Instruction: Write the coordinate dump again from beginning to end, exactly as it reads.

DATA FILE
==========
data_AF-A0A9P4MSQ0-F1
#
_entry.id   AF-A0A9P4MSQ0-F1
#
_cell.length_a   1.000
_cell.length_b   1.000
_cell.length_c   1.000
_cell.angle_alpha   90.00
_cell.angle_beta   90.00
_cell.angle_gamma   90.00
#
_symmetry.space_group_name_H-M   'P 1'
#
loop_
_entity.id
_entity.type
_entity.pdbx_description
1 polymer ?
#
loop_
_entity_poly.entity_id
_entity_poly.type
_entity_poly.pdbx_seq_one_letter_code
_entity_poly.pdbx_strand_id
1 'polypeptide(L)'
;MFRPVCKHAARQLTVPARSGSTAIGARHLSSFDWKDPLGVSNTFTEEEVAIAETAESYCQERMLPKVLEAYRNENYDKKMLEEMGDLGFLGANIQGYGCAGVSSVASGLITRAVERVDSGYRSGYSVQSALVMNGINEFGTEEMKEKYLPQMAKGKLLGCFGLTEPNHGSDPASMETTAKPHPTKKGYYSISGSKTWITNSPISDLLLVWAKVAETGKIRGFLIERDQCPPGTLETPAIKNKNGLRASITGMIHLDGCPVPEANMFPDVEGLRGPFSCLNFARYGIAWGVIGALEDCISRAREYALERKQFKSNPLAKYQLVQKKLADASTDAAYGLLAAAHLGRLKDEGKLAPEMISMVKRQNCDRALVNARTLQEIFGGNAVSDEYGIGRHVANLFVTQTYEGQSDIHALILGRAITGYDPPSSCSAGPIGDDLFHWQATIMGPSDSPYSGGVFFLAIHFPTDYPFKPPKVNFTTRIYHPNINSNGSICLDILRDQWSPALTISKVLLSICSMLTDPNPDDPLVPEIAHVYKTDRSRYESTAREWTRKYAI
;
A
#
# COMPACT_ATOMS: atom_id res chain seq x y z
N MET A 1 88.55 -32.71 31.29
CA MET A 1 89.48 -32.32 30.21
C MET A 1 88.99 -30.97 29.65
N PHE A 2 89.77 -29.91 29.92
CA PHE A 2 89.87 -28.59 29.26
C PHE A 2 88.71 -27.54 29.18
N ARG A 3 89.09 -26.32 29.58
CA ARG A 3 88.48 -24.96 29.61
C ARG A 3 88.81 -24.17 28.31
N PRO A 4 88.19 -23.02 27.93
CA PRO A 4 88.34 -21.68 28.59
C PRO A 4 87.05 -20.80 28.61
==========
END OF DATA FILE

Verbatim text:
data_AF-A0A9P4MSQ0-F1
#
_entry.id   AF-A0A9P4MSQ0-F1
#
_cell.length_a   1.000
_cell.length_b   1.000
_cell.length_c   1.000
_cell.angle_alpha   90.00
_cell.angle_beta   90.00
_cell.angle_gamma   90.00
#
_symmetry.space_group_name_H-M   'P 1'
#
loop_
_entity.id
_entity.type
_entity.pdbx_description
1 polymer ?
#
loop_
_entity_poly.entity_id
_entity_poly.type
_entity_poly.pdbx_seq_one_letter_code
_entity_poly.pdbx_strand_id
1 'polypeptide(L)'
;MFRPVCKHAARQLTVPARSGSTAIGARHLSSFDWKDPLGVSNTFTEEEVAIAETAESYCQERMLPKVLEAYRNENYDKKMLEEMGDLGFLGANIQGYGCAGVSSVASGLITRAVERVDSGYRSGYSVQSALVMNGINEFGTEEMKEKYLPQMAKGKLLGCFGLTEPNHGSDPASMETTAKPHPTKKGYYSISGSKTWITNSPISDLLLVWAKVAETGKIRGFLIERDQCPPGTLETPAIKNKNGLRASITGMIHLDGCPVPEANMFPDVEGLRGPFSCLNFARYGIAWGVIGALEDCISRAREYALERKQFKSNPLAKYQLVQKKLADASTDAAYGLLAAAHLGRLKDEGKLAPEMISMVKRQNCDRALVNARTLQEIFGGNAVSDEYGIGRHVANLFVTQTYEGQSDIHALILGRAITGYDPPSSCSAGPIGDDLFHWQATIMGPSDSPYSGGVFFLAIHFPTDYPFKPPKVNFTTRIYHPNINSNGSICLDILRDQWSPALTISKVLLSICSMLTDPNPDDPLVPEIAHVYKTDRSRYESTAREWTRKYAI
;
A
#
# COMPACT_ATOMS: atom_id res chain seq x y z
N MET A 1 88.55 -32.71 31.29
CA MET A 1 89.48 -32.32 30.21
C MET A 1 88.99 -30.97 29.65
N PHE A 2 89.77 -29.91 29.92
CA PHE A 2 89.87 -28.59 29.26
C PHE A 2 88.71 -27.54 29.18
N ARG A 3 89.09 -26.32 29.58
CA ARG A 3 88.48 -24.96 29.61
C ARG A 3 88.81 -24.17 28.31
N PRO A 4 88.19 -23.02 27.93
CA PRO A 4 88.34 -21.68 28.59
C PRO A 4 87.05 -20.80 28.61